Iron currency tokens are among the most compelling and virtuosic of sub-Saharan blacksmiths’ designs. The shapes of precolonial currency tokens were often derived from blade forms of tools and weapons—so essential was the work accomplished by forged iron objects to local political economies that they were synonymous with value itself. These currency forms stood as payment in the exchanges that mattered most in life: marriage; litigation; ransom of battle captives; and the purchase of horses, enslaved persons, and other prized commodities. Hoe-blade-shaped currencies were created as bridewealth tokens by many African societies, linking agricultural productivity to the reproductive power and labor a wife brings to a household.
Currency forms were produced throughout the African continent, most often as bars or blades at sizes suitable to being exchanged in bundles of several or more. Some are dramatic in scale—as tall as a person—and remarkable in design; these drew value from the amount of iron required and from blacksmiths’ forging achievements.
Tokens of Material Praise
Valuing women. Currencies used as bridewealth constituted material praise of the woman: recognizing her as an individual with life-sustaining capacities. Bridewealth depended upon solidarity among the relatives of the prospective husband and wife. After the two families negotiated the terms of bridewealth, the young man turned to his parents, who then networked with kin to accumulate the goods required. The gifts were amassed in a festive display as testimony to the status of bride and groom and afterwards redistributed, most likely, so that young men of the bride’s lineage could marry.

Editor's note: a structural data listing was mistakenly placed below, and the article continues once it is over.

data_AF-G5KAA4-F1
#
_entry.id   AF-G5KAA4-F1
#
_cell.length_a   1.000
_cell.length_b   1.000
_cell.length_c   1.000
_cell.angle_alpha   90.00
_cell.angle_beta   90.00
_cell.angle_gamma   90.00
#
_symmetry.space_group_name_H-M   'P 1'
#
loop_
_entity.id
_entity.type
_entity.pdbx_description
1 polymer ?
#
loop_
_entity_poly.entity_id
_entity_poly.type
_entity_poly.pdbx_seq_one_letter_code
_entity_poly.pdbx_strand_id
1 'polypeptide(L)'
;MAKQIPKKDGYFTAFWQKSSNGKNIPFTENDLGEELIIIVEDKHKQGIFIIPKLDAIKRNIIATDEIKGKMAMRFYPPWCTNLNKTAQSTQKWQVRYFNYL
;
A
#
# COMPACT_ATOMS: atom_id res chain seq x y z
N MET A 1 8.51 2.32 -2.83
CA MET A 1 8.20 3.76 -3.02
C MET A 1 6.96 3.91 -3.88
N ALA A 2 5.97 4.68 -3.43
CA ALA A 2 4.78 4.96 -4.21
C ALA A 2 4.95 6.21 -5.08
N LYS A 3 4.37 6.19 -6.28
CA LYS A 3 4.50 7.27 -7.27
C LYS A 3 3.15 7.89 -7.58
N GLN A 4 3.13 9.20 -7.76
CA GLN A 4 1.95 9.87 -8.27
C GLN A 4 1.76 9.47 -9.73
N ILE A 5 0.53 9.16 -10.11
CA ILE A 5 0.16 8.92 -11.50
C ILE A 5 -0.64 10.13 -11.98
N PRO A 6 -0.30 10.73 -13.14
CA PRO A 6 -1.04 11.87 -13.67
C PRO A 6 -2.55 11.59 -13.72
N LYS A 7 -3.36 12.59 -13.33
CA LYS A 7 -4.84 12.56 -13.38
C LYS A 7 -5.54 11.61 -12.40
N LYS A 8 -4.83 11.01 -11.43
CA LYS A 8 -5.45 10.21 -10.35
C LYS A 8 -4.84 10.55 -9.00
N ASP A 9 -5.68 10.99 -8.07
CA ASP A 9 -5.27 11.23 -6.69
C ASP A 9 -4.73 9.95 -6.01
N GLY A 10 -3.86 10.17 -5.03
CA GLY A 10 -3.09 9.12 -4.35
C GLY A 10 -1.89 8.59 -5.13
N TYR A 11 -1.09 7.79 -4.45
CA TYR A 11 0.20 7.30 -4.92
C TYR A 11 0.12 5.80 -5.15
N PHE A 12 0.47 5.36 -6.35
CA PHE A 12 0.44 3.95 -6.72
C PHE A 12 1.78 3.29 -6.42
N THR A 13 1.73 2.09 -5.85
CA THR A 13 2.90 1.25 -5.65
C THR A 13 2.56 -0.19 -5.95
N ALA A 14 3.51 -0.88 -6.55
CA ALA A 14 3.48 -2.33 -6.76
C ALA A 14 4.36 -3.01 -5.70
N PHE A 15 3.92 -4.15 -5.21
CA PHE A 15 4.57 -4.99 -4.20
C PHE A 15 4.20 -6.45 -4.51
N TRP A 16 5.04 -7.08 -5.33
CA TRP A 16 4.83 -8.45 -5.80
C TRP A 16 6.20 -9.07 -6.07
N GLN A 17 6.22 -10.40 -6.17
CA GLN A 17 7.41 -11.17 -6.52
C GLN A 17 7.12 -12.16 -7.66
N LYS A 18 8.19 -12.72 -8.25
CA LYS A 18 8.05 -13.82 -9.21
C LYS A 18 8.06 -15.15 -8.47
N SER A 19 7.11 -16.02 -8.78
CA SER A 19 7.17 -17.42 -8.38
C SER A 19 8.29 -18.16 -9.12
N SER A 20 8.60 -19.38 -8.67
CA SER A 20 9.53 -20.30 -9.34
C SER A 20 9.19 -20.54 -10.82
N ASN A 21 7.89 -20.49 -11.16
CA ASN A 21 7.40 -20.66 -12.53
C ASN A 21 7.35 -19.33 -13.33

Euro-African Trade Currencies
Valued exchange. Europeans sought out African-produced iron beginning in the 15th century and later traded imported goods for tools made by African blacksmiths. As of the 17th century, northern European merchants brought bar iron into Africa regularly and in large quantities, hence the commercial term “voyage iron.” This iron was consistently in strong demand along the Upper Guinea Coast (from today’s Republic of Senegal south to the Republic of Liberia), while smelters in interior regions continued to produce their own iron.
By the colonial period, administrators sometimes prohibited local smelting to decrease Africans’ self-sufficiency and increase participation in colonial capitalism. Replicas of coastal communities’ currency tokens were also mass-produced in Europe to destabilize African economies. During the period of the transatlantic slave trade, African smiths were sometimes specifically hunted down, captured, and brought on board ships or to plantations in the Americas for their expertise.